While Hayes Forest Services started out heli-logging on the BC coast, it has expanded and now does a fair amount of work in the BC Interior. Over the last several years, it has done a number of projects in the Prince George area, doing select harvesting in mountain pine beetle affected areas. This involves taking out only the beetle-affected wood. Some of these jobs came with unique logistical challenges. On one, they had the arduous task of select harvesting a massive 1,500 plots within a single Tree Farm Licence (TFL) for Dunkley Lumber. “These plots were all over the TFL,” says Hayes vice-president of operations Glen Golbeck. “The challenge was trying to best co-ordinate the helicopter time, maximizing its time in the air, maximizing the payloads, and minimizing its time on the ground.” That particular job took three-and-a-half months. The Sikorsky S-61 helicopters that Hayes works with are well suited to moving timber period, whether it is in the BC Interior or on the coast, Golbeck says. “We’ve worked in the Central Interior, the Northern Interior, the Queen Charlottes. They give us great versatility.”

 

Maintenance a top priority with heli-logging equipment

Some logging contractors have extensive maintenance logs, mostly computer-based, with a lot of detail about what has been done to this loader or that feller buncher. But the maintenance logs that the aviation department at Hayes Forest Services maintains go quite a few steps beyond that. “We’re very regulated in the aviation industry, says Martin Kamma, manager of Hayes’ aviation department. “The equipment logs we have record absolutely everything that has been done to the helicopters in terms of repair and maintenance.”

The logs are truly the definition of extensive, with individual components having their own documentation. Kamma illustrates this by pointing out a four-inch thick binder that contains every bit of repair and maintenance information on just the main gearbox on one of their three Sikorsky S-61 helicopters. The main point of this exhaustive record system, both on the part of Transport Canada and Hayes, is to have the helicopters in good repair so they can run as safely as possible. But an offshoot of this, on the maintenance side, is that aviation operations are also able to catch things before they become expensive repairs.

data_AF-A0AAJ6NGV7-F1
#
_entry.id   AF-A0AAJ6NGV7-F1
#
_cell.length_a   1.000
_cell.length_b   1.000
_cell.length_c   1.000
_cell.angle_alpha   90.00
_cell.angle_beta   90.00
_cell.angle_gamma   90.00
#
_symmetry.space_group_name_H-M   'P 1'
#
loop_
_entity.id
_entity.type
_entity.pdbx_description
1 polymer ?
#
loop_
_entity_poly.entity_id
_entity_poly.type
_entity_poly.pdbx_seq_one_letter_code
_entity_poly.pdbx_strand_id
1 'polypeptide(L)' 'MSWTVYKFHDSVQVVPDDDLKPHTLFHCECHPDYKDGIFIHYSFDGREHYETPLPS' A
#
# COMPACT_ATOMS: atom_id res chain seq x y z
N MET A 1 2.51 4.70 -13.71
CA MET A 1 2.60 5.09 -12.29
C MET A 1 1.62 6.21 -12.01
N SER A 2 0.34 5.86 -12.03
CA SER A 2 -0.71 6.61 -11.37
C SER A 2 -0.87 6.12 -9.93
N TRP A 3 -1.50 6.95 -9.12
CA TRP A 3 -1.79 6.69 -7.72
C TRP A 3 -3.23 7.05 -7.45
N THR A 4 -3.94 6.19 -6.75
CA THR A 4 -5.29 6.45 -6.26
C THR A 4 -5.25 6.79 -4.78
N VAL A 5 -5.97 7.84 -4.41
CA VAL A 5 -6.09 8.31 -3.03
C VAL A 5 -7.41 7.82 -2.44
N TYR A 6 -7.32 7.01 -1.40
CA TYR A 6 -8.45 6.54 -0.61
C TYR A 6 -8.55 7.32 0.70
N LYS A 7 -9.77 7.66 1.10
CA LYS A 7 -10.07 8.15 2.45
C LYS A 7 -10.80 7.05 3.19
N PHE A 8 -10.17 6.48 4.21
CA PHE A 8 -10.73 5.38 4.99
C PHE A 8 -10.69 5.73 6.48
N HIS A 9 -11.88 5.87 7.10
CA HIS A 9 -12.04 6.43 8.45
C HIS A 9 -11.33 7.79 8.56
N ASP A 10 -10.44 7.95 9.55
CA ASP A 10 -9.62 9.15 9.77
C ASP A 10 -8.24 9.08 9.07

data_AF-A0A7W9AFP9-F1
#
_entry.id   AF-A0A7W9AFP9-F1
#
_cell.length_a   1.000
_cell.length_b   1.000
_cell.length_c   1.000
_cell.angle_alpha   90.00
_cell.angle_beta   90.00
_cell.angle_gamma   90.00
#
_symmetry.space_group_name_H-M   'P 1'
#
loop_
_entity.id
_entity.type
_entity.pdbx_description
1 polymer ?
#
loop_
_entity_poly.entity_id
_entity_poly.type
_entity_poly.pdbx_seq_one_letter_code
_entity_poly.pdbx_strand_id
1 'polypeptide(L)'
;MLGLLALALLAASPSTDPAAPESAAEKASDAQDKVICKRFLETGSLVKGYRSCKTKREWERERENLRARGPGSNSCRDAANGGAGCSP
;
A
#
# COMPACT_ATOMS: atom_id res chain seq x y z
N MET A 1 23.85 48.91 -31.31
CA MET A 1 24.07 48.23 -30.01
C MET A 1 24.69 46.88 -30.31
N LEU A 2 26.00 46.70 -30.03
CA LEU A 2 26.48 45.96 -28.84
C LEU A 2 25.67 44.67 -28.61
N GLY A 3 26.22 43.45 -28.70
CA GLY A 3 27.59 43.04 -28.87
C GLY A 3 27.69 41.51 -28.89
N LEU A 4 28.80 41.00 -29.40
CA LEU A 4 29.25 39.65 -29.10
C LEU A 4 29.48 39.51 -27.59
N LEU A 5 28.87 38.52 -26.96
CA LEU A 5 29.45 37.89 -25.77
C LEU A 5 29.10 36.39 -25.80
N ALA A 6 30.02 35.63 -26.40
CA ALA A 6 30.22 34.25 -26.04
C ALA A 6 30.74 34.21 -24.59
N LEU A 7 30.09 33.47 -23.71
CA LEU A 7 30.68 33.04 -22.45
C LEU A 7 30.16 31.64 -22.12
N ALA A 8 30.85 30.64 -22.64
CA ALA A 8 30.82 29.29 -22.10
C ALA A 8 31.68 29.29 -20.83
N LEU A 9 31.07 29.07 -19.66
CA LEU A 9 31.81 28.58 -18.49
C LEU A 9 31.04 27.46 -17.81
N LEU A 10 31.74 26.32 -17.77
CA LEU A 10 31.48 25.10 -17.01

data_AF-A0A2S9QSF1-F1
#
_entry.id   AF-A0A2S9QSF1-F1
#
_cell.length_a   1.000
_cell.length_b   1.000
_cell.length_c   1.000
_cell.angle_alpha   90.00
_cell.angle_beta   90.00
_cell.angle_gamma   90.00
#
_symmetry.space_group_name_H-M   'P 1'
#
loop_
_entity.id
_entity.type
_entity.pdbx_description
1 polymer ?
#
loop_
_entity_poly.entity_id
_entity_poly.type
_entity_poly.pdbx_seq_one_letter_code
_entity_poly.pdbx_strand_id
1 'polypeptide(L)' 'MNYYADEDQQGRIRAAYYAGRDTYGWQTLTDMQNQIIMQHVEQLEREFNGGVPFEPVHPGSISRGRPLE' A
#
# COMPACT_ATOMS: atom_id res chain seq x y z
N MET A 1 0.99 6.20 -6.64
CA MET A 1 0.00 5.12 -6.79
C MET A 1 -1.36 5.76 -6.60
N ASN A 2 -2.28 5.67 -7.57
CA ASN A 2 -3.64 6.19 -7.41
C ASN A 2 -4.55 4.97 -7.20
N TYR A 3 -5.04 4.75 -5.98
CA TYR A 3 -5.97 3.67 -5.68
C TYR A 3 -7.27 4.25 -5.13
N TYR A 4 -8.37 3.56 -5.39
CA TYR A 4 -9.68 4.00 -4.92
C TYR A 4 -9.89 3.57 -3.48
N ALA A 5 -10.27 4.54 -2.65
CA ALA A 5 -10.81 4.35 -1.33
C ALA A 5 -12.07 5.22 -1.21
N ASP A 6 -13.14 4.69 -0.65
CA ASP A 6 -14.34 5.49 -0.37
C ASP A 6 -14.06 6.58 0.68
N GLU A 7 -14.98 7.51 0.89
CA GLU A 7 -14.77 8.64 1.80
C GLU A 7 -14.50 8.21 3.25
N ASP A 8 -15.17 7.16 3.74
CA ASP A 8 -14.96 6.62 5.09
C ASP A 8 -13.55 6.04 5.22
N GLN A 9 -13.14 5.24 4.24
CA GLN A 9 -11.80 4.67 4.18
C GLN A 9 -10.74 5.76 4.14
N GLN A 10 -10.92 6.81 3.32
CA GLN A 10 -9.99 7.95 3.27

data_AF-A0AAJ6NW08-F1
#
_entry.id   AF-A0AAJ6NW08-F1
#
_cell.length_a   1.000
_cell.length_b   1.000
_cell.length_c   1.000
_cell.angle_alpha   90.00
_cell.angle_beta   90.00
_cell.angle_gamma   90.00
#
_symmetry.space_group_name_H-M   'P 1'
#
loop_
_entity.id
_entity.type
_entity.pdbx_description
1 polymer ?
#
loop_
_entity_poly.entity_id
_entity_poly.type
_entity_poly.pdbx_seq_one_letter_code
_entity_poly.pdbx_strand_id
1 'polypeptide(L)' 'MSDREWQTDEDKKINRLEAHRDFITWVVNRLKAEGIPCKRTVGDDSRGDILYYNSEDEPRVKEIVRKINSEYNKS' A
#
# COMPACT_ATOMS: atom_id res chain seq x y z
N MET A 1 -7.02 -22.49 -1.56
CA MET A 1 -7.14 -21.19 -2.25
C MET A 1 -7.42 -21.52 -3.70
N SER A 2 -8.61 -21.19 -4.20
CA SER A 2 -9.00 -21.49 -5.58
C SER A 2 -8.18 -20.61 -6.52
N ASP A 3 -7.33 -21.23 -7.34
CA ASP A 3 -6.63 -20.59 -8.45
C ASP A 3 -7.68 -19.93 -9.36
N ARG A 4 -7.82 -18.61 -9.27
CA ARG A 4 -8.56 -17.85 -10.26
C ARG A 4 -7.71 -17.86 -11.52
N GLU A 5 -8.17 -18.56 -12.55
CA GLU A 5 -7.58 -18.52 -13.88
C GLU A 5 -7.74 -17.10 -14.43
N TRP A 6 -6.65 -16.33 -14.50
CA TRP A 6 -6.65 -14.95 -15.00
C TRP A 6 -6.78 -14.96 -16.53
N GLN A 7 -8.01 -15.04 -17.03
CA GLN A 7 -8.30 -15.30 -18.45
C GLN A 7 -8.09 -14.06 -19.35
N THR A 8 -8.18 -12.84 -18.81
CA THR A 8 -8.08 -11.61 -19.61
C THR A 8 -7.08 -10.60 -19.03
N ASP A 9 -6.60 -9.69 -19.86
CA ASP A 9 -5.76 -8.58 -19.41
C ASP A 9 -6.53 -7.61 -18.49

A case in point would be helicopter transmissions. A good overhaul on a transmission, with no faults found, would be about $40,000, says Kamma. But if there are a lot of components that have to be re-worked or replaced, the price tag could go up to $300,000. When each of Hayes’ Sikorsky S-61s are out in the field, they are accompanied by a crew chief and licensed engineer, both of whom can carry out repairs on the helicopter. They do the DIs (Daily Inspections) required by Transport Canada, and any necessary maintenance overnight, ensuring the helicopter is available to log its maximum flying hours during daylight hours.

Each of the helicopters has its own trailer unit, and a service truck equipped with a Hiab crane to do any major component repairs. All of the on-the-ground fuel tanks are double-walled, surpassing environmental regulations. “The logging is very demanding on the helicopters,” says Kamma. “They work hard, but that is why we have an accelerated maintenance program.”